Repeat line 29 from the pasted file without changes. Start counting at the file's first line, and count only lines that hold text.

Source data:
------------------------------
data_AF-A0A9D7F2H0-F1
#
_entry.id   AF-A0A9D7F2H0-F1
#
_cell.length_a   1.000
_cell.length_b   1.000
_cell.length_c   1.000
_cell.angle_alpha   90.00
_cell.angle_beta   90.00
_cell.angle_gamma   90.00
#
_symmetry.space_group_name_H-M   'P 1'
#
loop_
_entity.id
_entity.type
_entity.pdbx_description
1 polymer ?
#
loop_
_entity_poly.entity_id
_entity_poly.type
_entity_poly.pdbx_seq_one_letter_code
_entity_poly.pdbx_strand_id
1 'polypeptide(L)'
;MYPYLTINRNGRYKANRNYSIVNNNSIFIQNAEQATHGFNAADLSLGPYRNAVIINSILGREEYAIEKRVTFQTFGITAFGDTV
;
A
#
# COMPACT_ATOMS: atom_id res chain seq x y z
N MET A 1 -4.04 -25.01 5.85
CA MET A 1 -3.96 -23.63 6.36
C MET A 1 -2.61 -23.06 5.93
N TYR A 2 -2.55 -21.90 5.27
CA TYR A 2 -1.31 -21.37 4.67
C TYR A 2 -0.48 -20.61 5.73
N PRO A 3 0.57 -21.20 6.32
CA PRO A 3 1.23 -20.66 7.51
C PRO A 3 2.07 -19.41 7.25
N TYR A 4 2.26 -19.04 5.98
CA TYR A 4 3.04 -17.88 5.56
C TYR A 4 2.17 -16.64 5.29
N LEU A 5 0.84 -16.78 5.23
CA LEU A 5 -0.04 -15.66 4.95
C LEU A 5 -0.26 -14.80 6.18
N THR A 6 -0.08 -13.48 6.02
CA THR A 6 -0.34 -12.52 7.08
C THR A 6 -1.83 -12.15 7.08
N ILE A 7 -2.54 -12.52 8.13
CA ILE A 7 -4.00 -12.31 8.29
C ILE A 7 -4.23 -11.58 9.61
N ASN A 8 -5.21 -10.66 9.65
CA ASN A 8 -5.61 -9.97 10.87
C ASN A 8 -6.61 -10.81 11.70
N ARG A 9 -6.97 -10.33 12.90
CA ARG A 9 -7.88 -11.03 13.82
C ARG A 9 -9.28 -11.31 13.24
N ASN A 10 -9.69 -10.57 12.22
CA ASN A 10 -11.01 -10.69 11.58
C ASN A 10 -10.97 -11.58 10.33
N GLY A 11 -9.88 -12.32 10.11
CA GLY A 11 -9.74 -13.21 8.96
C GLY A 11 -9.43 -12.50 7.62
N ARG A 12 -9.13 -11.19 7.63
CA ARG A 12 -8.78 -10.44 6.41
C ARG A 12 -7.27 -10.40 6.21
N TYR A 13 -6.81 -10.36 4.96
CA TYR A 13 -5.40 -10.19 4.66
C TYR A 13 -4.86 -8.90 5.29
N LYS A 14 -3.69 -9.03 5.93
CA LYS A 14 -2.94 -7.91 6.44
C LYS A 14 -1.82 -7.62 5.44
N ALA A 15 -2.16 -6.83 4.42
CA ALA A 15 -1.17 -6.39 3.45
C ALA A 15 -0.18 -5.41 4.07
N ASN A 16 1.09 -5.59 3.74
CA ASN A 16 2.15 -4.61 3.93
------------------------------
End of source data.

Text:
#